September 22, 2020

The Chariot

Zitkala-Sa, in 1898, a Yankton Sioux woman whose experiences and life I used much of to describe my character, Isabella, who was of the Mandan tribe. Zitkala-Sa wrote memoirs, the first American Indian opera, and aided in reforming national policies.

The Chariot, by Emily Dickinson, originally published in 1890, is a poem I thought about in my novel, The Square Grand.  One stanza makes an appearance, as one of my characters, Isabella, remembers the poem as she thinks about her heritage, gone and irrevocably altered by small pox.


Because I could not stop for Death,
He kindly stopped for me;
The carriage held but just ourselves
And Immortality.

We slowly drove, he knew no haste,
And I had put away
My labor, and my leisure too,
For his civility.

We passed the school where children played,
Their lessons scarcely done;
We passed the fields of gazing grain,
We passed the setting sun.

We paused before a house that seemed
A swelling of the ground;
The roof was scarcely visible,
The cornice but a mound.

Since then ’tis centuries; but each
Feels shorter than the day
I furst surmised the horses’ heads
Were toward eternity.

Dickinson-sign1 I write about it today because my heart is still battered from last week.  I write about this poem in particular, because there is something so disorienting about life changing so abruptly.

Let me explain: We live in a world that changes in a radical fashion every decade.  The eighties had women working in corporations around the world, it had a woman in space.  Then the nineties had an Internet, and home computers were common place.  The aughts had Facebook and Twitter, and the internet somehow became a reliable place to cite academic works (still not sure how that happened.).  But think one hundred years ago, two hundred, three hundred.  Those cultures were bound to the past, and it was comfortable.  There was an established order, a way things were done, and everyone understood the rules, even if the rules were confusing.

I’m in no way advocating a return to the past, believe me.

But the sense of order, in religion, in hierarchies, the way its been done for a thousand years, that gives an argument a certain heft.  I thought about that when I was reading the new National Geographic (yes, I know, and yes, I am).  There is a stone called the London Stone.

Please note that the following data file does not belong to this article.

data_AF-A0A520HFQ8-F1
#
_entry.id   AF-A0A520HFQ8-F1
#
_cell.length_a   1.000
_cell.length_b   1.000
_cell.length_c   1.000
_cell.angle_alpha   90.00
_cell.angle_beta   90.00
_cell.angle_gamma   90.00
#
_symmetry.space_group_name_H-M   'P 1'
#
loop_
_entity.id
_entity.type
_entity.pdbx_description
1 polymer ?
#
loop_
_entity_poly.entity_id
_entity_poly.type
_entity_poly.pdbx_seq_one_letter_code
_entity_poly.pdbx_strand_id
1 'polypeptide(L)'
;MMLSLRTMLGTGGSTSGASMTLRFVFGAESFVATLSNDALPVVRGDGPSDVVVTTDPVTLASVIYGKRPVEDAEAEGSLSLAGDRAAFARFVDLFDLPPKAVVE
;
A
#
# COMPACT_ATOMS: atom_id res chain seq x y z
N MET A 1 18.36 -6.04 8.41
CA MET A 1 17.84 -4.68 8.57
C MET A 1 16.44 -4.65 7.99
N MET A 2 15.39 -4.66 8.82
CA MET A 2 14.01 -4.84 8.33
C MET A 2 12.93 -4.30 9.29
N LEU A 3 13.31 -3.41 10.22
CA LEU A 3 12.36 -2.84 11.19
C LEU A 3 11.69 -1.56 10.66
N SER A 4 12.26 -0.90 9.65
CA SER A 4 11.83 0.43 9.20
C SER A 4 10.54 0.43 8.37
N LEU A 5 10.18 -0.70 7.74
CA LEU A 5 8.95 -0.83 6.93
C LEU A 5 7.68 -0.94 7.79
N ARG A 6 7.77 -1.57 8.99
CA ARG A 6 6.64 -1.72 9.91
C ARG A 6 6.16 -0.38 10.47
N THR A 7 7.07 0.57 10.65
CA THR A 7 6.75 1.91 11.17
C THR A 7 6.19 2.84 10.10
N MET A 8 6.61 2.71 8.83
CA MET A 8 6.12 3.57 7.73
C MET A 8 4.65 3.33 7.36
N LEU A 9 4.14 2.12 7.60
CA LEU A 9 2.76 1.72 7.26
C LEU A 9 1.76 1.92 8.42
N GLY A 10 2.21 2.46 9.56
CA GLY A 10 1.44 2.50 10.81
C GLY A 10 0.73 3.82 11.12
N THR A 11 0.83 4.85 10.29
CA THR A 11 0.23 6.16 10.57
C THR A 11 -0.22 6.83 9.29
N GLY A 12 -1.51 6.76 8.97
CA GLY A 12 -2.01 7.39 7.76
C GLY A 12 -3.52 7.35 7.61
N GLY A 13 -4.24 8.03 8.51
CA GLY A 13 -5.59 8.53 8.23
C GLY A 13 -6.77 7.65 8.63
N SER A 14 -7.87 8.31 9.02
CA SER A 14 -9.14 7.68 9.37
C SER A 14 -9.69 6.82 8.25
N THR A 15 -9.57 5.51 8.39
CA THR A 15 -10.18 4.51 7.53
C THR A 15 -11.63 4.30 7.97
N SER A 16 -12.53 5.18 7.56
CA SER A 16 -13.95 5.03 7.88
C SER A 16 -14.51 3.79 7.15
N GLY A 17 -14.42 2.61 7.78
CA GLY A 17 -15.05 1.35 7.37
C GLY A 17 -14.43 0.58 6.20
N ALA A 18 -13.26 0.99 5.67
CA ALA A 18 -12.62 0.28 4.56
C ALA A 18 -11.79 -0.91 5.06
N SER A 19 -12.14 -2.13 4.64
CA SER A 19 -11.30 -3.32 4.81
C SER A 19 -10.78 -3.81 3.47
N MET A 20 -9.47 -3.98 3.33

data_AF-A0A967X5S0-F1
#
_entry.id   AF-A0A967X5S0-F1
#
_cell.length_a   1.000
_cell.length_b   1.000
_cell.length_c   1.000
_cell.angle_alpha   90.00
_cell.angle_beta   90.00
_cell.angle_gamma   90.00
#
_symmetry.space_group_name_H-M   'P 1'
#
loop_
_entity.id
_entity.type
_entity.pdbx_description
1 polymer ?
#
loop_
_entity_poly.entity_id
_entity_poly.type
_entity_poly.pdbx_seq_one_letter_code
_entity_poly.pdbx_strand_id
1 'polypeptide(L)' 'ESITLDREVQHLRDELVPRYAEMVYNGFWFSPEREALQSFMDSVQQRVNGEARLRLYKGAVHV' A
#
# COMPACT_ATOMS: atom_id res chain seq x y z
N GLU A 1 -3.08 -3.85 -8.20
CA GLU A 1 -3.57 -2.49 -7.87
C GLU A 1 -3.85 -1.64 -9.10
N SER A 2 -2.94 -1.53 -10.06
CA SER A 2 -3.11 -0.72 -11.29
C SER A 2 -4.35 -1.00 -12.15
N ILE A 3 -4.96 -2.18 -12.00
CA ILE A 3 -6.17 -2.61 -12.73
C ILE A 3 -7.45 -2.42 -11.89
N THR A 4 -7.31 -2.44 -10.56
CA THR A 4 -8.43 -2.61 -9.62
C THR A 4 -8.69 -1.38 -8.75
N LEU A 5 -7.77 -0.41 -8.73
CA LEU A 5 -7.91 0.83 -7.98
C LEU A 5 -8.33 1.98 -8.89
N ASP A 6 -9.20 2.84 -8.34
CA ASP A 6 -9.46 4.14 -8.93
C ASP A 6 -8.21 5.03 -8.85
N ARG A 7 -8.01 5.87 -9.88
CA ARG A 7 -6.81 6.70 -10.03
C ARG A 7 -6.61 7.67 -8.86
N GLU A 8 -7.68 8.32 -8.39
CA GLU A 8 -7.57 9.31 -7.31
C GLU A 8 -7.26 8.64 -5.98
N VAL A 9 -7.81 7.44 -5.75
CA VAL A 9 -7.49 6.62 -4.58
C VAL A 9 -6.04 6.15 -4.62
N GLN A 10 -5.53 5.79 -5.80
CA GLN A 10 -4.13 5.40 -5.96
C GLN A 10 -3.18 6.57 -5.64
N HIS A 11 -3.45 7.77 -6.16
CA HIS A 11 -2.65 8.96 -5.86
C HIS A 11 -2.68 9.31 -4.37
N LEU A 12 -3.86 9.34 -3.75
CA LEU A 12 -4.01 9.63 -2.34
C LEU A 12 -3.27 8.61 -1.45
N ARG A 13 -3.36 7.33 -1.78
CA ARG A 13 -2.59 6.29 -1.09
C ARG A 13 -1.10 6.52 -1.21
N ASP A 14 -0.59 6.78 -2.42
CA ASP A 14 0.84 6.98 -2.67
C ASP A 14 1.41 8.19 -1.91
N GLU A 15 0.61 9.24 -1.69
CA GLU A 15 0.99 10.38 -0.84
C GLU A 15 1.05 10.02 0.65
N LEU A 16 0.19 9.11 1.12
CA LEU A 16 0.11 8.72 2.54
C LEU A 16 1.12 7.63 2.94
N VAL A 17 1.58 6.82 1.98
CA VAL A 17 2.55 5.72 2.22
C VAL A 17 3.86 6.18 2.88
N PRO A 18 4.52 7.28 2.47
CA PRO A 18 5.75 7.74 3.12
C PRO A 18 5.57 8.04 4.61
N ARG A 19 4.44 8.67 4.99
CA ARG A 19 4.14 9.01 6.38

An older picture of the London Stone, in its protective cage.
An older picture of the London Stone, in its protective cage.

It is public, though I’ve never thought to look for it while in London, since I didn’t know it existed.  National Geographic details the references to the stone in history, and even in property deeds dating to 1108, and it was considered old then.

Since then ’tis centuries; but each
Feels shorter than the day

My point is the feeling I got from reading about the London Stone; or thinking about the generation that comes after a devastating epidemic, stranded without their history; Emily Dickinson felt that, too.  Perhaps we all feel that, which is why this particular poem has been reprinted for over a century, and has been set to music by Aaron Copeland to Susan McKeown and Natalie Merchant.

Robert Pinsky wrote,

…we sing to one another all day.

He meant our inflections in our speech.  But could we not also infer that in music, we try to resonate a feeling in another person?  We attempt that in songs, in poetry, in operas, in novels.  We try to resonate, finding harmonics in other bodies, seeking compatibility to alleviate the effort of vibrating to our own frequency when alone.

Susan McKeown & Natalie Merchant’s version of The Chariot, something to brood on today:

Something to brood on, today.

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